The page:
So this has happened. Unity is going to be charging developers for amounts of installs and revenue generated, no matter the game’s release date or actual age (e.g. including early access phase if present).
Seeing rather heated discussions around the matter online, I’d like to ask for EHG’s opinion about this ordeal. I know and understand that the sheer amount of man-hours invested into developing LE on Unity so far makes moving to a different engine a non-option by default, especially now that they’ve just gotten rid of a whole different codebase repository internally, but hearing their stance on the matter would still be very welcome.
Not sure what this has to do with us as players beyond a worst case scenario of an extra 0.20 UScents for the box price. (its even less, down to 1 cent, the more successful the game is based on tiering).
Surely they dont intend that intepretation of the change in licensing? That seems far too stupid to be possible. Especially as its a game engine - i.e. its normal for people to reinstall games on and off over the years… what about reinstalls when something messes up… are they expecting to track users installations (independantly of things like Steam) and charge EHG for each?
I cannot possibly see how thats what they intend. Thats downright idiotic.
I mean that’s how I interpret their pricing. It says 20 cents per new install, not new customer. They are tracking both yearly revenue and installs so it’s possible because of the low price of LE that it won’t necessarily affect EHG longterm, maybe not even short term. 200k installs for first threshold might be a lot for LE. $200k revenue is a pretty low bar though.
Honestly, I took it to mean the same as I have always handled licensing software in the past… an “install” to me is the same as a single license to use it on a single machine.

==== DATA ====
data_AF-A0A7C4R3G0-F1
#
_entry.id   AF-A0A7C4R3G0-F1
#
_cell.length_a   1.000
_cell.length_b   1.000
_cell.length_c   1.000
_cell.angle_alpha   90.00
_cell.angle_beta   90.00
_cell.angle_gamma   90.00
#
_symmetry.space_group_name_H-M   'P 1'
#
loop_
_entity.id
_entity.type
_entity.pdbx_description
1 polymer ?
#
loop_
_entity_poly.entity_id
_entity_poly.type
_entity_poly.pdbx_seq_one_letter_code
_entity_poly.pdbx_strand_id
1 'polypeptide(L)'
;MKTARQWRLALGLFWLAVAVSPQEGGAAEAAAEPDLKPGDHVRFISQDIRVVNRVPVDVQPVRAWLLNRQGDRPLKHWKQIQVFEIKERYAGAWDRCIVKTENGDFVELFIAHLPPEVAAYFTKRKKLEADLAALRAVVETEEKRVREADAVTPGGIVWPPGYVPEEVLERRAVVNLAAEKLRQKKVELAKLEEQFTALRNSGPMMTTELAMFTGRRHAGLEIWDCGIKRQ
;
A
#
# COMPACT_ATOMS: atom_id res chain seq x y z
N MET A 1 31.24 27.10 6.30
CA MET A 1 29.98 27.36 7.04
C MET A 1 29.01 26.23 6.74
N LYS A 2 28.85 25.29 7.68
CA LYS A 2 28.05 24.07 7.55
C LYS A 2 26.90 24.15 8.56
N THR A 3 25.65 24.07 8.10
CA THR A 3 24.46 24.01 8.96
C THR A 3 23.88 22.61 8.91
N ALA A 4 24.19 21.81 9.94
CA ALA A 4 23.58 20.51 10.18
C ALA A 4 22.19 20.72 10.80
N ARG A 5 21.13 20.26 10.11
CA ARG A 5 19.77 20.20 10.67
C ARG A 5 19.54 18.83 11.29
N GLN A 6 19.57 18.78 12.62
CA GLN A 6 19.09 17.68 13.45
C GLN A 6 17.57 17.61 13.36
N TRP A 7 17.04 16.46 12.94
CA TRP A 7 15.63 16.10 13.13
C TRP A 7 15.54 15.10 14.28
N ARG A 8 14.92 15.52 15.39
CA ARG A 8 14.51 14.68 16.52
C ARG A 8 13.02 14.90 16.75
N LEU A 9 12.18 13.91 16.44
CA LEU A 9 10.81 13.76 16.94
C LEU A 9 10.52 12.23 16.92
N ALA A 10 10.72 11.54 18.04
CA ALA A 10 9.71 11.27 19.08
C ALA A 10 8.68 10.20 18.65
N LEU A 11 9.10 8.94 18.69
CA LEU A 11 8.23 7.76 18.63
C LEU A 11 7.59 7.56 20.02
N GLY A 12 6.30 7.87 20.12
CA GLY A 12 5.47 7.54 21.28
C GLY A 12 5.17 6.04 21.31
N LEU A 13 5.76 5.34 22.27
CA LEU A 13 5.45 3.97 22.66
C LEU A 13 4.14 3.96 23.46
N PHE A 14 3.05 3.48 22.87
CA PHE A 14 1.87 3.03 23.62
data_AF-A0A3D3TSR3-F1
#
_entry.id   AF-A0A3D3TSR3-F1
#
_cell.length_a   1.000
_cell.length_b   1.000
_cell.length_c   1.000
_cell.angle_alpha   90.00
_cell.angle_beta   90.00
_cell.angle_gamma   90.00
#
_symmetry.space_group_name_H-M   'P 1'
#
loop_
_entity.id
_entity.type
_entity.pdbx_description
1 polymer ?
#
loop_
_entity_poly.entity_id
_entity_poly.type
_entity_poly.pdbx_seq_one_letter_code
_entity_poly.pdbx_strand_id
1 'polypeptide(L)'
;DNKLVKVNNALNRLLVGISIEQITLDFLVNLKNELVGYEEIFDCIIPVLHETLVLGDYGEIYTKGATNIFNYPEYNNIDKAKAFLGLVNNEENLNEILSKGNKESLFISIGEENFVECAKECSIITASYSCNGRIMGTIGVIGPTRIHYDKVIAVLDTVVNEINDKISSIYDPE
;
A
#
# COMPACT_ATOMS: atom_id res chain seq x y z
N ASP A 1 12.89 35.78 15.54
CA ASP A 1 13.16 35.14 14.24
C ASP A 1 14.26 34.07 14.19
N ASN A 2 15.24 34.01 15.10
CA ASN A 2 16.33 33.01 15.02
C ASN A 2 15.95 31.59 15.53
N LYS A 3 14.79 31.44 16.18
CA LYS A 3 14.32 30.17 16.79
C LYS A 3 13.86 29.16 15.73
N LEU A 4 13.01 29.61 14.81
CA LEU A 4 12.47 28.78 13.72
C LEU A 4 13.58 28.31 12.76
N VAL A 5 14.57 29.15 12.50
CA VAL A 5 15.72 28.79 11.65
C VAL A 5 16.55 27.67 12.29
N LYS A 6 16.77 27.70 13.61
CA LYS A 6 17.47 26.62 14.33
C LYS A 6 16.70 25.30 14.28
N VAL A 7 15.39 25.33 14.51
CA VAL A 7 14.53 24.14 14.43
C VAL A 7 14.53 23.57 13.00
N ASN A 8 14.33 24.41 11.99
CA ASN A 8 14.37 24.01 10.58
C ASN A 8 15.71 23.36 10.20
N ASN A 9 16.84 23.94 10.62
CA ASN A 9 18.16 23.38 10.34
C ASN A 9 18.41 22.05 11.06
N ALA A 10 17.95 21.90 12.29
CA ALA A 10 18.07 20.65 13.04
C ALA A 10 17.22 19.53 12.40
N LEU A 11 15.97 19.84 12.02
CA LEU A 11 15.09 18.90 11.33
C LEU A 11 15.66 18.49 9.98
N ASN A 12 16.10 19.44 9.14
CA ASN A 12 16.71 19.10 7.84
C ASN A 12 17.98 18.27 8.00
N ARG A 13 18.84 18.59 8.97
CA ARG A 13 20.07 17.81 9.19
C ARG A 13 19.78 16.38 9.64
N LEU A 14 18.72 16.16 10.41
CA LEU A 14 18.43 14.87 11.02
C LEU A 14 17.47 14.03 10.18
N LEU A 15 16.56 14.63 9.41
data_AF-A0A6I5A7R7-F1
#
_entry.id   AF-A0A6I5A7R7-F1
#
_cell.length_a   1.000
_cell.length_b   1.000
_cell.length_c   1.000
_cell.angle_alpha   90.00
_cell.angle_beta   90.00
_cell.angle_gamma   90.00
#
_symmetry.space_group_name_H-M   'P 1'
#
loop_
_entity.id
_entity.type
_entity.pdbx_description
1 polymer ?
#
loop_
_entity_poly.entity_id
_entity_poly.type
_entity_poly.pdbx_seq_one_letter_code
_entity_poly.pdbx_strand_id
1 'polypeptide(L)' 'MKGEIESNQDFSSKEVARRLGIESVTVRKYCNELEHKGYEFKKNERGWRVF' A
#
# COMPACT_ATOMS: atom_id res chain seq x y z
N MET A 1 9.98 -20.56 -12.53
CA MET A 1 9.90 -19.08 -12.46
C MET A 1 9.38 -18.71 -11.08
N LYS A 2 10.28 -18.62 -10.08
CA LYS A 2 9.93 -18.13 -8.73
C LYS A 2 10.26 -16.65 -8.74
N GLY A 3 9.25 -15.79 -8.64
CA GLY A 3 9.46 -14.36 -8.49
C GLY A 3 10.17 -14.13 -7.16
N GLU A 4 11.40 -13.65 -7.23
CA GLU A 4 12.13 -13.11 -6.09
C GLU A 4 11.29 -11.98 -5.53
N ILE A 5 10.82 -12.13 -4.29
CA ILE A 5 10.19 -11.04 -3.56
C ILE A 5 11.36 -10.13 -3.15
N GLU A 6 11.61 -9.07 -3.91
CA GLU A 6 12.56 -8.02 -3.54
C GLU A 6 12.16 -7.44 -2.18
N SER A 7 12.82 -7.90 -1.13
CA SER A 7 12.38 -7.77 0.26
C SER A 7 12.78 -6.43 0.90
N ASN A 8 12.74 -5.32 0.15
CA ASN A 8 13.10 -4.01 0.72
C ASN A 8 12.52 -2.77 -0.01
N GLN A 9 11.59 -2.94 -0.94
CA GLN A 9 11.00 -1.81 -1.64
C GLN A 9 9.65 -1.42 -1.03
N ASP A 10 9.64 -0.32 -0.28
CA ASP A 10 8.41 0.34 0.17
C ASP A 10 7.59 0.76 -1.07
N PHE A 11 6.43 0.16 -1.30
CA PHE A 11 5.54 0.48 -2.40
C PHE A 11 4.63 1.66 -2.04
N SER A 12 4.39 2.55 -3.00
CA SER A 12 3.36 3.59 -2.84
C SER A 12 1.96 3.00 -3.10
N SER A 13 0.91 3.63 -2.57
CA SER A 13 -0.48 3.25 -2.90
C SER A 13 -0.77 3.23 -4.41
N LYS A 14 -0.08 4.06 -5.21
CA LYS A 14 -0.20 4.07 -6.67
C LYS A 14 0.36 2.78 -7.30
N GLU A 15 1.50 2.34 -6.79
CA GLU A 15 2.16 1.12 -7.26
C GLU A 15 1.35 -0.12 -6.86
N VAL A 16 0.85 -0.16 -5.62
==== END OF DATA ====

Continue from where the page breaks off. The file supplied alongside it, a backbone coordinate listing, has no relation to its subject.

Not the actual physical installation process i.e. uninstallng or uninstalling the software would have no bearing in my interpretation.
I would be absolutely asstounded if they indend everyone to pay them 20cents every time they physically install a game. It just doesnt gel with typical use - you buy software licence to install it on a single system. You dont pay to reinstall it later.
Even software pay as you use/go like Adobe dont care how many times you actually install or uninstall it… its based on active use which they manage through thier app.
How the hell would Unity even manage this either - if you remove the Steam environment and have an app that uses unity - is it meant to phone home every installation and then re-bill the orignal product developer 20c every install…
Hackers would have a field day making auto unity app reinstalls to overwhelm a particualr developer or mess everything up on unity side.
I am personally not that invested in this but it really doesnt make sense.
They did in fact initially intend this as every install, they’ve since backtracked it to every install ona new device. This would still mean instlaling on a steam deck, on a second computer, on your laptop as well as desktop etc… would all constitute new installs.